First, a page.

Are self-reports of smoking rate biased? Evidence from the Second National Health and Nutrition Examination Survey

J Clin Epidemiol. 1995 Oct;48(10):1225-33. doi: 10.1016/0895-4356(95)00020-5.


This study determined evidence for digit preference in self-reports of smoking in the Second National Health and Nutrition Examination Survey (NHANES II). Subjects were 4275 adult smokers. Self-reports of smoking showed a marked degree of digit preference, with the vast majority of smokers reporting in multiples of 10 cigarettes per day. When number per day was compared to an objective measure of smoking exposure (carboxyhemoglobin; n = 2070) the distribution was found to be significantly assymetrical. Analysis of the distribution of COHb and various levels of number per day indicates that the differences in distribution are not due to variability in COHb. Heavier smokers, Caucasians, and those with less education were more likely to report a digit preference than lighter smokers. African-Americans, and those with more education. Results suggest that self-reports of number of cigarettes per day may be biased towards round numbers (particularly 20 cigarettes per day). Implications for assessment of smoking behavior are discussed.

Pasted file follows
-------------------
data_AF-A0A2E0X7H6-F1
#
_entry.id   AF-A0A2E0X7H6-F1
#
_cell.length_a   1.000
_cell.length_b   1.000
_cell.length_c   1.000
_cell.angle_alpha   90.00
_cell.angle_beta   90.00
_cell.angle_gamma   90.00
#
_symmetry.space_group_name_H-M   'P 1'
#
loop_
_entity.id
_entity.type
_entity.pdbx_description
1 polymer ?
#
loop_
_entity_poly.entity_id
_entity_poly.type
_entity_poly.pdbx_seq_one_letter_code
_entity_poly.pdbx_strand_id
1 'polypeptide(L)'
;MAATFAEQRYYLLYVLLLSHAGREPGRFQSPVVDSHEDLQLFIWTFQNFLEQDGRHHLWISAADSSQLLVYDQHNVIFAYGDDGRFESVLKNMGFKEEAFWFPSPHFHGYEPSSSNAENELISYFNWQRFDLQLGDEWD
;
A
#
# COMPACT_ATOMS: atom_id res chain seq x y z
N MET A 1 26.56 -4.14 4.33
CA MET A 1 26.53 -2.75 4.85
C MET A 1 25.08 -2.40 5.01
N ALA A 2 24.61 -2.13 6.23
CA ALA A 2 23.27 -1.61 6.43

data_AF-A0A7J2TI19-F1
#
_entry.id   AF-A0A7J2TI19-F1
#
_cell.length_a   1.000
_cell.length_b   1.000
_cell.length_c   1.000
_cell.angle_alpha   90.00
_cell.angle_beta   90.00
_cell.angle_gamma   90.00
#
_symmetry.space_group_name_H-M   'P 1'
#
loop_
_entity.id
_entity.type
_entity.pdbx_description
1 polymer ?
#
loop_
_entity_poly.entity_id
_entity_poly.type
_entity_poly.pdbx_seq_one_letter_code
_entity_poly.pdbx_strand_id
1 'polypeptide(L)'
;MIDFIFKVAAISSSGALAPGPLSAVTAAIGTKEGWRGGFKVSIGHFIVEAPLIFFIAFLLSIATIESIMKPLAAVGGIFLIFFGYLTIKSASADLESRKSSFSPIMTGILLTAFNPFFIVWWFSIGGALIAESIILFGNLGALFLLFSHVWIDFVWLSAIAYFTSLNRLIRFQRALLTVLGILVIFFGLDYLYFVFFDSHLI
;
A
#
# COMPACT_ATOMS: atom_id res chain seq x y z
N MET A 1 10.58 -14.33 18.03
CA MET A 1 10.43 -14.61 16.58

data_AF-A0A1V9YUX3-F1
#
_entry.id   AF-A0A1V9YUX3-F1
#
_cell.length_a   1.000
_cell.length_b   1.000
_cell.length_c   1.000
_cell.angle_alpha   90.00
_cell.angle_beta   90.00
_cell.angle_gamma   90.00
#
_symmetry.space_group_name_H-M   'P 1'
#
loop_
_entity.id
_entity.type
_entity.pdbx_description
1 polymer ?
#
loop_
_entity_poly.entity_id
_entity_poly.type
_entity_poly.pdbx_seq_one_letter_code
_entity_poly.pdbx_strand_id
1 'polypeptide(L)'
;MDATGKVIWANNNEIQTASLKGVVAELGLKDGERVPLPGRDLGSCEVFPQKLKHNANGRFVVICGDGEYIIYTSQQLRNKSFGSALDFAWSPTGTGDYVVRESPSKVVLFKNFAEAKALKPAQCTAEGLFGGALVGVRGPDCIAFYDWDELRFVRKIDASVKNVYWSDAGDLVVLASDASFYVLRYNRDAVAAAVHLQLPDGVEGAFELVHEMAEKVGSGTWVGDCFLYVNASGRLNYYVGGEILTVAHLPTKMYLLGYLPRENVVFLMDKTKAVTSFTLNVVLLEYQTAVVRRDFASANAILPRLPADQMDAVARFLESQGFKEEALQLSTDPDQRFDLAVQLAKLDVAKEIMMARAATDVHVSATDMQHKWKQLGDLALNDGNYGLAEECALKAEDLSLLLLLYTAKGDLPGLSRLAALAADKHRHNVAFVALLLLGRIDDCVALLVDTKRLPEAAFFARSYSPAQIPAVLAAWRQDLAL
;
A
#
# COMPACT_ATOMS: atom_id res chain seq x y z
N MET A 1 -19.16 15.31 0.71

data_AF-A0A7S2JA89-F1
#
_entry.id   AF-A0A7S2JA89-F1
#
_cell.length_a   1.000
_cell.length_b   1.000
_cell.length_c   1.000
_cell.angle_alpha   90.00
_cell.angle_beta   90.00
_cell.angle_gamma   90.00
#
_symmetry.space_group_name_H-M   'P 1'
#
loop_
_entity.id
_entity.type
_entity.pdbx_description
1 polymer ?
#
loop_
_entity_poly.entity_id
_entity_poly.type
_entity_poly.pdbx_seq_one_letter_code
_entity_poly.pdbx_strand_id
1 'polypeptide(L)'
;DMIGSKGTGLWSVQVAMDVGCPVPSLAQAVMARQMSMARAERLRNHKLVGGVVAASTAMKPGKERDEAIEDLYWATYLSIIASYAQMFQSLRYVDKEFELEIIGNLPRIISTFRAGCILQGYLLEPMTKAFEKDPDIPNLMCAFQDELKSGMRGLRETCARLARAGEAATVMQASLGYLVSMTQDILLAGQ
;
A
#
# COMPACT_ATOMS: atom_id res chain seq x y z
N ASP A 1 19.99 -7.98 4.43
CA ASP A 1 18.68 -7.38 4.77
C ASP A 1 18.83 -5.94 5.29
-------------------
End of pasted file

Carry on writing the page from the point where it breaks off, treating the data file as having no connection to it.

Publication types

  • Comparative Study
  • Research Support, Non-U.S. Gov't
  • Research Support, U.S. Gov't, P.H.S.

MeSH terms

  • Adolescent
  • Adult
  • Aged
  • Bias
  • Carboxyhemoglobin / analysis
  • Confidence Intervals
  • Female
  • Health Surveys*
  • Humans
  • Logistic Models
  • Male
  • Middle Aged
  • Odds Ratio
  • Reproducibility of Results
  • Smoking / blood
  • Smoking / epidemiology*
  • Smoking / psychology
  • Surveys and Questionnaires / standards
  • United States / epidemiology


  • Carboxyhemoglobin